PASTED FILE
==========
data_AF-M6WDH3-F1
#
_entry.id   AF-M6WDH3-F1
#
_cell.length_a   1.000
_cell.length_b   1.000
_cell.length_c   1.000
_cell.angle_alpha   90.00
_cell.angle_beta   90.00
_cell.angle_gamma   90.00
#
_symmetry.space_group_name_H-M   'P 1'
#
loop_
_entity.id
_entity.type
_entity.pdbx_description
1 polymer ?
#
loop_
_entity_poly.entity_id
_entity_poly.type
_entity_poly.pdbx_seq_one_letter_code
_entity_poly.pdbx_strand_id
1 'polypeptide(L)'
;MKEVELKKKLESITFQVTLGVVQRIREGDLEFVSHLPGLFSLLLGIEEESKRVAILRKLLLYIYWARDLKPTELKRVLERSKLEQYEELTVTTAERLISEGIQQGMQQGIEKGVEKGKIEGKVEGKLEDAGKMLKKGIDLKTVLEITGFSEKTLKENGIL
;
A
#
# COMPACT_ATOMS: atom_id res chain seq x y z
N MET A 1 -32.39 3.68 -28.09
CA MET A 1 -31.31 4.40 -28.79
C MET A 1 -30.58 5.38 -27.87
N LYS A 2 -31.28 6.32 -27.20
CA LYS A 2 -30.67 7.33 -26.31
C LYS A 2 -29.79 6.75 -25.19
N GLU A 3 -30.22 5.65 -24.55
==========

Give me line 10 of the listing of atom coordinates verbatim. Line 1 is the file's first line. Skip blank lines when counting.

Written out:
_cell.angle_gamma   90.00